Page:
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    True that!
     
  9. robo hippy

    robo hippy

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    I have been using the D Way CBN (CBN electroplated to a steel wheel) wheels for 2 years now. I had some other matrix type (3/16 inch of material bonded to an aluminum hub) CBN wheels 8 or so years ago. Both of these types of grinding mediums have been around for a long time. Dietmer, who makes the Optigrind and Raptor wheels was making grinding things 20 years ago. Mostly, the woodturning world has just found out about them. There is no question that they are by far superior to other grinding mediums for the steel that we use. Do they leave a better edge? I can't say because it has been so long since I used standard wheels that I have no memory of how they cut. I don't thing Thompson tools were out when I last had 'normal' wheels. The CBN wheels, when compared to normal wheels of the same grit leave a more shiny surface. I have no idea why. Doing a comparison test would be difficult because there are so many different ideas on what cuts best. From Mike Mahoney and Jimmy Clewes who sharpen on 40 to 60 grit wheels to the Tormek and other wet wheels that sharpen at 1000 grit. You will find supporters on all sides of the issue.

    As far as edge durability goes, no matter which steel I am using, I always prefer a freshly sharpened gouge for the finish cut. The more durable edge holding steels do keep a working edge longer. This means you can take off more wood before the tool needs to be sharpened, but I think there are only minor differences in how long the fine finish cut edge lasts.

    From a writer from an old woodworking magazine said, "you know your saw blade is dull when you set off the smoke alarm".

    robo hippy
     
  10. adrian anguiano

    adrian anguiano

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    Testing the metals

    It honestly would not be hard to produce a scientific test for these tools.


    To take out the personal aspect you sharpen the tools to the same sharpness, perform the same task, the same number of times, then you look at the steel under a microscope. You can tell quite clearly if a steel is still sharp, if it deformed or was brittle with edge chipping, etc. Then you record the number of times it takes to sharpen the gouge back to were it started.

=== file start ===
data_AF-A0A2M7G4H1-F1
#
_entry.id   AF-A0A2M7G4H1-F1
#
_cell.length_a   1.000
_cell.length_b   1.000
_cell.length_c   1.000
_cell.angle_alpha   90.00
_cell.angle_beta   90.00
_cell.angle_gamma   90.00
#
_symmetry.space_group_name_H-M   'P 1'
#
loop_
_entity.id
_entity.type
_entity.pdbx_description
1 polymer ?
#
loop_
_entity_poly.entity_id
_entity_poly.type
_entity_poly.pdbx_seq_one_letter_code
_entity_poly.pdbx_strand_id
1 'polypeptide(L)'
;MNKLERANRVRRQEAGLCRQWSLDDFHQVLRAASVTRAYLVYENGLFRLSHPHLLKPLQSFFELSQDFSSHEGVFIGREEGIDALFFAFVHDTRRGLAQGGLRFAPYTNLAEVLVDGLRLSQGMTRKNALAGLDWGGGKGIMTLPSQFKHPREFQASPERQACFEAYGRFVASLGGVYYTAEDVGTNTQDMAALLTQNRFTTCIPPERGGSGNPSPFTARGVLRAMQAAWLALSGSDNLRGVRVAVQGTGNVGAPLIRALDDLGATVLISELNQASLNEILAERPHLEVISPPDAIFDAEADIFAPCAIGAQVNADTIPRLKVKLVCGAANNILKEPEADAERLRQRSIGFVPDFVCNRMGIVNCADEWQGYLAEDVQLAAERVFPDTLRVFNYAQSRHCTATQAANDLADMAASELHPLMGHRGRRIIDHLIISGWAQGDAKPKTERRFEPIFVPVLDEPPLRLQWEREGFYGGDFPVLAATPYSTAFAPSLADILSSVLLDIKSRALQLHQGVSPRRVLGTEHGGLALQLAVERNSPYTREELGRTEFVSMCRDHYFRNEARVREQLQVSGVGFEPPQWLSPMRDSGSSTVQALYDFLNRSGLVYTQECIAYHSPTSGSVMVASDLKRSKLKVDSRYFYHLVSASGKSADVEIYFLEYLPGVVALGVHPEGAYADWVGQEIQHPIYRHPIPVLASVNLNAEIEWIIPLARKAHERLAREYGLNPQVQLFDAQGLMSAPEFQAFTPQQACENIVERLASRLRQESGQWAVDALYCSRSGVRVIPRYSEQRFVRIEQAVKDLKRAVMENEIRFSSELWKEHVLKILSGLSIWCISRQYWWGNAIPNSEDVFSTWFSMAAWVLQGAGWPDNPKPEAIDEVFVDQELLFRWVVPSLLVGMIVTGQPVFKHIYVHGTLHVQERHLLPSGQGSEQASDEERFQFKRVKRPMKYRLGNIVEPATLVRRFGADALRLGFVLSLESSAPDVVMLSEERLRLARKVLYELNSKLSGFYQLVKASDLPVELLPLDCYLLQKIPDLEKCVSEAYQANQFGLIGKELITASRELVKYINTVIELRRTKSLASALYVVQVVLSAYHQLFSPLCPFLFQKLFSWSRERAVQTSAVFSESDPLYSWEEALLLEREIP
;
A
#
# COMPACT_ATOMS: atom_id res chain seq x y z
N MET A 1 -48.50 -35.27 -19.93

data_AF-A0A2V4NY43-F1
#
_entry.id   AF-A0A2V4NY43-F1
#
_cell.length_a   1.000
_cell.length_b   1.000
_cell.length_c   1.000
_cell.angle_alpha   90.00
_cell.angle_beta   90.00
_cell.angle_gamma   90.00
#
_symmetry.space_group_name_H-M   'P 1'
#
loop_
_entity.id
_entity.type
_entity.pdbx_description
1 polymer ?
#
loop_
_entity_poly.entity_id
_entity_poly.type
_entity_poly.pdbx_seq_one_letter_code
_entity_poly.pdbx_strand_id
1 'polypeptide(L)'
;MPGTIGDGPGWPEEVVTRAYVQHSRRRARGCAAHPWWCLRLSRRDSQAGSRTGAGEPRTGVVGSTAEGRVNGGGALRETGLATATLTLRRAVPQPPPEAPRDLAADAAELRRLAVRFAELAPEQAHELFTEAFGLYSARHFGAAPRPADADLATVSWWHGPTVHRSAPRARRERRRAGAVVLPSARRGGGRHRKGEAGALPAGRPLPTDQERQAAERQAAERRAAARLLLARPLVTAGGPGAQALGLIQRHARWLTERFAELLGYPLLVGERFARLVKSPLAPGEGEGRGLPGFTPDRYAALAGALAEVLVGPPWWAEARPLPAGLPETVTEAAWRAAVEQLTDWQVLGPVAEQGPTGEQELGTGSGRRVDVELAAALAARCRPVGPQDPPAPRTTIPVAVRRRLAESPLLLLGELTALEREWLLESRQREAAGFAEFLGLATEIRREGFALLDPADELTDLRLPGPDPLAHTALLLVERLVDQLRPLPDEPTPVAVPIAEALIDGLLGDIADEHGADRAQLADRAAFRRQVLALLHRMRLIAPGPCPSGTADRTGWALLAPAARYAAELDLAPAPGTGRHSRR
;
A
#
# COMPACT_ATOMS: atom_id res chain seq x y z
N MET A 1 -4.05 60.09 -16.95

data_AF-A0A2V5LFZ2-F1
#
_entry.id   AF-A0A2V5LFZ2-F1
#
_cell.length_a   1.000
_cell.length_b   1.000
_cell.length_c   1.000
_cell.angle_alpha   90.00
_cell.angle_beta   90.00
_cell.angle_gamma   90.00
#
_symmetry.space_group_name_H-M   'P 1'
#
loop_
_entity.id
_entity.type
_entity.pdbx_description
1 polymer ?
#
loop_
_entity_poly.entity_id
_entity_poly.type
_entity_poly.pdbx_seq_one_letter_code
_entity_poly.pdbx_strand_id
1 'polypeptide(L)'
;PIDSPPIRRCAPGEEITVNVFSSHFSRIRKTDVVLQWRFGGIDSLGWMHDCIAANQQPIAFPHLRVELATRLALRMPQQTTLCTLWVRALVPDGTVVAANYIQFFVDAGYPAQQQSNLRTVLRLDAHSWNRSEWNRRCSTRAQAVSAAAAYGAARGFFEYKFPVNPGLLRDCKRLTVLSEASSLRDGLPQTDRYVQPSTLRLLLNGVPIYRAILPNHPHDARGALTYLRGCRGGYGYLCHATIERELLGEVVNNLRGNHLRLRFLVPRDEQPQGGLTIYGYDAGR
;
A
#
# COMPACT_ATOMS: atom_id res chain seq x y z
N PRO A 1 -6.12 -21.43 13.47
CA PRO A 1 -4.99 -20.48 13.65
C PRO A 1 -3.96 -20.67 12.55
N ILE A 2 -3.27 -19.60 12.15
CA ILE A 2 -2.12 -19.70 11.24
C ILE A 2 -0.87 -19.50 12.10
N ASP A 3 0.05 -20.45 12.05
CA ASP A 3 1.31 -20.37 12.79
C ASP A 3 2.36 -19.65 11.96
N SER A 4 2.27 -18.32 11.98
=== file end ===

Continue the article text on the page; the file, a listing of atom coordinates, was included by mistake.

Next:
If someone had all the tools and stones, it could be done.
     
  11. odie

    odie

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    Howdy Adrian.......

    I doubt that anyone is going to disagree that the hybrid steels are going to maintain a higher degree of sharpness with use, than plain M2 steel used in exactly the same manner. That is, if both have equivalent sharp edges from the start. The harder the steel, the longer lasting the edge will be.

    The point to consider is practicality when comparing all the different steels with each individual's ability to renew the edge and proceed. This won't be the same for all individuals. A "scientific" study won't take this into consideration, but will give a generic conclusion applicable to all turners, without considering individuality as a factor.

    For those whose sharpening techniques aren't as refined, thus frustratingly slow, or awkward, the practicality of using the softer M2 steel may be entirely different than someone who can renew an edge with speed and accuracy.

    My guess is that most newer turners would be better served with the harder hybrid steels, up until that point where his sharpening skills allow him to create a finely sharpened edge, taking less effort and time to acquire. That way, a longer lasting edge is of greater benefit to his efforts on the lathe, until that time when sharpening skills overcome the handicap of steels that dull faster. Remember this: If M2 steel is sharpened twice as often, it has the extreme sharp edge twice.....while a harder steel will only have that extreme degree of sharpness only once.

    One thing to remember, is a sharp edge begins to dull the instant it is first used. Harder steels will dull at a lesser rate than standard M2, but the rule is good for all steels, regardless of their Rockwell number......all steels begin to dull immediately. Dulling an edge just doesn't happen suddenly sometime later......it's progressive, and starts immediately.

    Most turners just aren't looking at this whole matter from the practicality standpoint as applied to their own ability to renew an edge.......and, what works for one turner just might be a handicap to excellence for another turner.......:D

    ooc
     
    Last edited: Oct 10, 2013